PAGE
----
As a mother, I will never give up on my child. As a mother of a child who has autism, I will never give up hope.
I look into his eyes and I see all the potential that he has to offer to this beautiful world and I just know that one day the world can see what I see.

Follow my blog as I share my life and my experiences as a person who loves someone with autism.

Tuesday, April 7, 2015

Starbucks, Make This Right. (UPDATED)

April 2nd is World Autism Awareness Day.

It is a day recognized worldwide with the ‘Light It Up Blue’ campaign by Autism Speaks, where thousands of iconic landmarks, businesses, communities, schools, and homes unite by shining bright blue lights in honor of the millions of individuals and families across the globe that are affected by autism.

So on April 2nd, 2015, a Starbucks partner (employee) in Squamish, British Columbia, Canada, whose child was recently diagnosed with autism, wanted to show her support and celebrate World Autism Awareness Day at her workplace. She decorated the store with blue balloons and blue pompoms to help bring autism awareness to their customers and their community.

Starbucks

Later that day, their location had visitors from Starbucks Canada head office. After the visit, she received a phone call from the District Manager informing her that the Regional Director Operations told her to take down the decorations:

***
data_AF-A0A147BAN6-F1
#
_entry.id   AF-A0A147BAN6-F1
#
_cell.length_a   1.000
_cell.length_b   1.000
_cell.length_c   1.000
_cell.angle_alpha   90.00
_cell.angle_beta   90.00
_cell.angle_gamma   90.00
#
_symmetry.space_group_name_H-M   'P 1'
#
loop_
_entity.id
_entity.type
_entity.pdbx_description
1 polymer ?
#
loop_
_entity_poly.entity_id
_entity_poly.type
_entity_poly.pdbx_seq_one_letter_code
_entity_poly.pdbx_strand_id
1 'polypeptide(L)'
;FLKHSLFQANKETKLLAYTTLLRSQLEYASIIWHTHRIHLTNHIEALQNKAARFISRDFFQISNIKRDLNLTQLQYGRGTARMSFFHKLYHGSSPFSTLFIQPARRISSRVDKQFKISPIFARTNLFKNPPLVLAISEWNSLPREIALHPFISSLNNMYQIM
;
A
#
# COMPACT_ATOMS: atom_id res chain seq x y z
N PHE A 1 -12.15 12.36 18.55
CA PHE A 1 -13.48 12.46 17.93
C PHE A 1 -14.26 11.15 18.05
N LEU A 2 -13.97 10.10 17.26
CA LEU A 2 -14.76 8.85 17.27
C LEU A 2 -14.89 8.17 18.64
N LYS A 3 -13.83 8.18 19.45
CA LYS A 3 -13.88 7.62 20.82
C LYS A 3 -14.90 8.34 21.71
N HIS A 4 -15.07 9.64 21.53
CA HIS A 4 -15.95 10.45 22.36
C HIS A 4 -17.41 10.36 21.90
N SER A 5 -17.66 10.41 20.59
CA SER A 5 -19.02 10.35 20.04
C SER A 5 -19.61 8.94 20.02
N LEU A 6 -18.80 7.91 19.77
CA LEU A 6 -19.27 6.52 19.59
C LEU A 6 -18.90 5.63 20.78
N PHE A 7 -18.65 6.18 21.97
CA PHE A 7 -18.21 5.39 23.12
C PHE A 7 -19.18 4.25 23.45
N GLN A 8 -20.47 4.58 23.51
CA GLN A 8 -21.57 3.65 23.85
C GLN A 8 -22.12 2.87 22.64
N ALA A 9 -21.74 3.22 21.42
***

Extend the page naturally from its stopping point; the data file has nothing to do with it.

It looks tacky. It wasn’t done properly. Take it down.

Her response:

The blue was for World Autism Awareness Day’s Autism Speaks ‘Light It Up Blue’ campaign and our store wanted to show support for myself and my son who was recently diagnosed with autism, as well as show our support for our community.

District Managers response:

You’re not listening.

Her response:

No. I heard you. I’ll take it down.

How could someone, let alone someone from a company that is “all about community” and “being good neighbors” have the nerve to say that autism awareness is tacky!?

The definition of tacky is ‘showing poor taste and quality.’

Here’s a picture of the decorations she put up. Does this look like ‘showing poor taste and quality’ to you?

I am sorry that the blue balloons and blue pompoms didn’t match your décor, Starbucks, but this was about bringing awareness to autism in your community, in your neighbourhood. Isn’t that what you’re company claims to be all about?

Every store is part of a community, and we take our responsibility to be good neighbors seriously. We want to be invited in wherever we do business. We can be a force for positive action – bringing together our partners, customers, and the community to contribute every day. Now we see that our responsibility – and our potential for good – is even larger. The world is looking to Starbucks to set the new standard, yet again. We will lead.
- excerpt from Starbucks Canada’s Mission Statement

And to say that “it wasn’t done properly”? The reason we ‘Light It Up Blue’ is because it starts the discussion about autism.

The customers have been asking questions [about the blue decorations] and we have been getting great feedback!